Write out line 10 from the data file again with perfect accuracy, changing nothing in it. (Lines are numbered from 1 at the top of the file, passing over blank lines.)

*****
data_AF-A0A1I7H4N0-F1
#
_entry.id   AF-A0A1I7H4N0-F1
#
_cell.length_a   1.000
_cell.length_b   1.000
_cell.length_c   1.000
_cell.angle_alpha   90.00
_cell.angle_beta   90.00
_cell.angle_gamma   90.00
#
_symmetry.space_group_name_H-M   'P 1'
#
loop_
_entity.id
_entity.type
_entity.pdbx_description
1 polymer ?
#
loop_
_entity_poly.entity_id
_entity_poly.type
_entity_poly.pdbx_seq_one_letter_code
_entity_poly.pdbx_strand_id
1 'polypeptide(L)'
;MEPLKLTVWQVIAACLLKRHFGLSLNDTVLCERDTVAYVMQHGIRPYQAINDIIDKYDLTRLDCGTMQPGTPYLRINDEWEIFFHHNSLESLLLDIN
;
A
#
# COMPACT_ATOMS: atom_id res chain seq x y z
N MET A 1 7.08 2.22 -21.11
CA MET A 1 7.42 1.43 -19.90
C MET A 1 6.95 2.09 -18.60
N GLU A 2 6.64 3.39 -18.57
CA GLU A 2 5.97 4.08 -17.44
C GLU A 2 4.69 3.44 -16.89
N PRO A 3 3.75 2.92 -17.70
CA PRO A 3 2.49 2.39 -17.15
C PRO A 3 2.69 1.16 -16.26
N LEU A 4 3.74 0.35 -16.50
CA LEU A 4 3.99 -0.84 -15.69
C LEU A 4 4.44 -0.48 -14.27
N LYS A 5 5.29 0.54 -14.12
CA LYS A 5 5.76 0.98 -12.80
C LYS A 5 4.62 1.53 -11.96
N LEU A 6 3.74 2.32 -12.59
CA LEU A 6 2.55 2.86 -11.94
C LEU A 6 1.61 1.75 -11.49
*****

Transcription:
_cell.angle_gamma   90.00